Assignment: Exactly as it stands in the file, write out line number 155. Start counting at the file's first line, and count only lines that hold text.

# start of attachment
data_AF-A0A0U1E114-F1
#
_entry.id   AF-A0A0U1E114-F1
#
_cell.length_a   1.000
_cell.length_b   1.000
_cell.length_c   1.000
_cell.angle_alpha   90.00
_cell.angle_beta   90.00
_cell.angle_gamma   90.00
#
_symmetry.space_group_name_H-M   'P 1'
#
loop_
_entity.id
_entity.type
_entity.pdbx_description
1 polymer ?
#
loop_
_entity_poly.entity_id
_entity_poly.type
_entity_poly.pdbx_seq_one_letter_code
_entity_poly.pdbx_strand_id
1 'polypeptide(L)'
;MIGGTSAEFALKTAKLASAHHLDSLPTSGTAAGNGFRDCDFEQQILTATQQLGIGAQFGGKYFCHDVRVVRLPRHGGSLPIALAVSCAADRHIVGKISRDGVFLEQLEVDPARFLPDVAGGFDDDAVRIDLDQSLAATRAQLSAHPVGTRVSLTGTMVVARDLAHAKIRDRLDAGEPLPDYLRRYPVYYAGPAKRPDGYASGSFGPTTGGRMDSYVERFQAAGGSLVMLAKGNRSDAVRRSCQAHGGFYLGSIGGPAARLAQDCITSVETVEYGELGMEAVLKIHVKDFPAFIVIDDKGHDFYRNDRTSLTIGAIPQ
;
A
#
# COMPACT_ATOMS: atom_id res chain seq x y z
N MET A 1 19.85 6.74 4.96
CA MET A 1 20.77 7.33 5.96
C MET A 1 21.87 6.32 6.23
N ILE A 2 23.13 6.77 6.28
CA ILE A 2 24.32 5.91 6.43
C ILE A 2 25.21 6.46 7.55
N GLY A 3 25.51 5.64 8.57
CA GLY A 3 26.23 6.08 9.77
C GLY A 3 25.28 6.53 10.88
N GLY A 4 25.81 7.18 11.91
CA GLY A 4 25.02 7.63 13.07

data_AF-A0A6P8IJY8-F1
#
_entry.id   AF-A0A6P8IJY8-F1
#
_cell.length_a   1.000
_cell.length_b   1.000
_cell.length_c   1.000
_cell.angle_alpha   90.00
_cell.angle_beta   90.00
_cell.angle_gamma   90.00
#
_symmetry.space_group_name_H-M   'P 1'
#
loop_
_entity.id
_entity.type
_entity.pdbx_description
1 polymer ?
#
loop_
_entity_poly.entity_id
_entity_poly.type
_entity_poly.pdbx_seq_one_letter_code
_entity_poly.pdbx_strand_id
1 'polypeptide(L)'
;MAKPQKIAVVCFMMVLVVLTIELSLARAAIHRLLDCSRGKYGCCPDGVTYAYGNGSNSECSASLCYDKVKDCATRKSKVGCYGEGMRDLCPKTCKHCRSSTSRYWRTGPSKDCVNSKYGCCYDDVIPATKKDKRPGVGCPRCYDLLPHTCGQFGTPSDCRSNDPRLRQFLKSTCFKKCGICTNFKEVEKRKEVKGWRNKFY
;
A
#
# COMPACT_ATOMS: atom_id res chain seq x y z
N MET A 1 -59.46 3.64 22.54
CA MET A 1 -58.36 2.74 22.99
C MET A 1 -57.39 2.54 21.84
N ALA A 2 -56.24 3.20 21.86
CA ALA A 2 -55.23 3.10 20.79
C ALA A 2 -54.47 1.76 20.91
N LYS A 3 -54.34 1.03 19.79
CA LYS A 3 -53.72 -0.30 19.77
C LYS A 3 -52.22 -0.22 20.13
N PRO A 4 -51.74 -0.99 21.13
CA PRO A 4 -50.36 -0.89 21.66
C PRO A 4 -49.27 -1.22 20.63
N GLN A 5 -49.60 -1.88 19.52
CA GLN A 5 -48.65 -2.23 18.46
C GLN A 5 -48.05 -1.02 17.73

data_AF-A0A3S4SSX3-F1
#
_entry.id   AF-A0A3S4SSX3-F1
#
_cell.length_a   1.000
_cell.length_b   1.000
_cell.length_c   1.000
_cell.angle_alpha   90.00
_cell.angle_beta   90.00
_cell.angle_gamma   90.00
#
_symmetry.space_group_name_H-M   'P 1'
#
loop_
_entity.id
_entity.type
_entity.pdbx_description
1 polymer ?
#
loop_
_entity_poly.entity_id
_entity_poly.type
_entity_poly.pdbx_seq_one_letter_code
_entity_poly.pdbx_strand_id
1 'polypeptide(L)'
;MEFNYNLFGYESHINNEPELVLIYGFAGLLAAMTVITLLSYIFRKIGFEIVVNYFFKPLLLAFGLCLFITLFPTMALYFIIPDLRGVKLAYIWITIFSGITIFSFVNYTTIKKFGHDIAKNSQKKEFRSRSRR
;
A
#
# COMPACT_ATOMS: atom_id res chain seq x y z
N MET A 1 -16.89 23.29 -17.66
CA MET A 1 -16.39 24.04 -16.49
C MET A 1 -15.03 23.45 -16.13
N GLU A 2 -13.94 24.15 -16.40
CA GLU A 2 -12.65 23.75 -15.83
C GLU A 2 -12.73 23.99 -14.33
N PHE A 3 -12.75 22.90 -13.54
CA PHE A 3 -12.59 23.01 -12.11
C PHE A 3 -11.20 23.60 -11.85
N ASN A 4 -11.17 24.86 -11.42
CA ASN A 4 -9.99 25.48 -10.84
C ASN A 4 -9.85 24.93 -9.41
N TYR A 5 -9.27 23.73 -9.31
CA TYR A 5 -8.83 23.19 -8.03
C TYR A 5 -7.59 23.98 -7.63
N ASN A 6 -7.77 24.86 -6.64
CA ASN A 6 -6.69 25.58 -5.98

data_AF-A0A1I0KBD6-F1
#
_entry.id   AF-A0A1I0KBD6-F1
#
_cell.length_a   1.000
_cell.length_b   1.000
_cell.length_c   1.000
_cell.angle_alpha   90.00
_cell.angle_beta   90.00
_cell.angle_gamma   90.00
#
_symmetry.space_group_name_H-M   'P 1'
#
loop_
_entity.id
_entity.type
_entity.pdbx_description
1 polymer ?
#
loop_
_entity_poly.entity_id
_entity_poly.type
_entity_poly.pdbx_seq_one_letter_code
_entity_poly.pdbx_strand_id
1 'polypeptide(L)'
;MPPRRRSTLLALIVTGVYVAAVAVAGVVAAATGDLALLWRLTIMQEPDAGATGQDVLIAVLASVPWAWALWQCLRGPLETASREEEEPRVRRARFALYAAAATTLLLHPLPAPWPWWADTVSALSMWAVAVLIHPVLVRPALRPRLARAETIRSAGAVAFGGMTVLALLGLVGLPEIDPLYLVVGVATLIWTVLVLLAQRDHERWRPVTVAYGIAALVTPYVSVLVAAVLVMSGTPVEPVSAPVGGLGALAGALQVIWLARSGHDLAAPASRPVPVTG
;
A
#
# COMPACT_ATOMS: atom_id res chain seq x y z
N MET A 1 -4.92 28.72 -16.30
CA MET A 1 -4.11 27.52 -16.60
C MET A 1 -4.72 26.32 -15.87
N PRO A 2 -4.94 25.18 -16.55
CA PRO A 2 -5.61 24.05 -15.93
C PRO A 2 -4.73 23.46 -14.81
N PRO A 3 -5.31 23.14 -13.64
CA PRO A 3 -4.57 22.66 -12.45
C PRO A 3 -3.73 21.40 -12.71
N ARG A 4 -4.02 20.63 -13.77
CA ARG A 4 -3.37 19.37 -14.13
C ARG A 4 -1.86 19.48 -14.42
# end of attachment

_entity_poly.type